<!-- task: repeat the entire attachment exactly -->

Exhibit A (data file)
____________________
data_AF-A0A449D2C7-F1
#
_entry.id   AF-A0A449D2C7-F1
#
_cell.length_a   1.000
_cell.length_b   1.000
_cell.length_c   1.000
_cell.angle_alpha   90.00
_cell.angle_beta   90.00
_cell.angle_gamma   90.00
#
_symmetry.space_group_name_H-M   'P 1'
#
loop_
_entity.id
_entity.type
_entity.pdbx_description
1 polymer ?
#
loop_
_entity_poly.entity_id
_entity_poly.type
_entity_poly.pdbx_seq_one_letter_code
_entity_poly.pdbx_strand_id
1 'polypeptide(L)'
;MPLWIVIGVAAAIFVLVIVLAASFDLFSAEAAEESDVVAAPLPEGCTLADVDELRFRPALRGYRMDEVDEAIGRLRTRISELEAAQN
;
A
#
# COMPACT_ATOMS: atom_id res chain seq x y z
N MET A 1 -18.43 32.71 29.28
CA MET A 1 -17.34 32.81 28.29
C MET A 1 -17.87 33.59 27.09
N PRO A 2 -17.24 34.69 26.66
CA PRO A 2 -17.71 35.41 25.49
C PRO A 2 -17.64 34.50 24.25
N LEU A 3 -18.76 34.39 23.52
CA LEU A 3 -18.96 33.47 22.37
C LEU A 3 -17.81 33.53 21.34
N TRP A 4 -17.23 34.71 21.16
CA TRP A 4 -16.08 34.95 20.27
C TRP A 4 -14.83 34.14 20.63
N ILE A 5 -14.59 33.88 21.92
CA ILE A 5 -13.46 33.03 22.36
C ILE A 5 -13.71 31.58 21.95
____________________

data_AF-A0A449D2C7-F1
#
_entry.id   AF-A0A449D2C7-F1
#
_cell.length_a   1.000
_cell.length_b   1.000
_cell.length_c   1.000
_cell.angle_alpha   90.00
_cell.angle_beta   90.00
_cell.angle_gamma   90.00
#
_symmetry.space_group_name_H-M   'P 1'
#
loop_
_entity.id
_entity.type
_entity.pdbx_description
1 polymer ?
#
loop_
_entity_poly.entity_id
_entity_poly.type
_entity_poly.pdbx_seq_one_letter_code
_entity_poly.pdbx_strand_id
1 'polypeptide(L)'
;MPLWIVIGVAAAIFVLVIVLAASFDLFSAEAAEESDVVAAPLPEGCTLADVDELRFRPALRGYRMDEVDEAIGRLRTRISELEAAQN
;
A
#
# COMPACT_ATOMS: atom_id res chain seq x y z
N MET A 1 -18.43 32.71 29.28
CA MET A 1 -17.34 32.81 28.29
C MET A 1 -17.87 33.59 27.09
N PRO A 2 -17.24 34.69 26.66
CA PRO A 2 -17.71 35.41 25.49
C PRO A 2 -17.64 34.50 24.25
N LEU A 3 -18.76 34.39 23.52
CA LEU A 3 -18.96 33.47 22.37
C LEU A 3 -17.81 33.53 21.34
N TRP A 4 -17.23 34.71 21.16
CA TRP A 4 -16.08 34.95 20.27
C TRP A 4 -14.83 34.14 20.63
N ILE A 5 -14.59 33.88 21.92
CA ILE A 5 -13.46 33.03 22.36
C ILE A 5 -13.71 31.58 21.95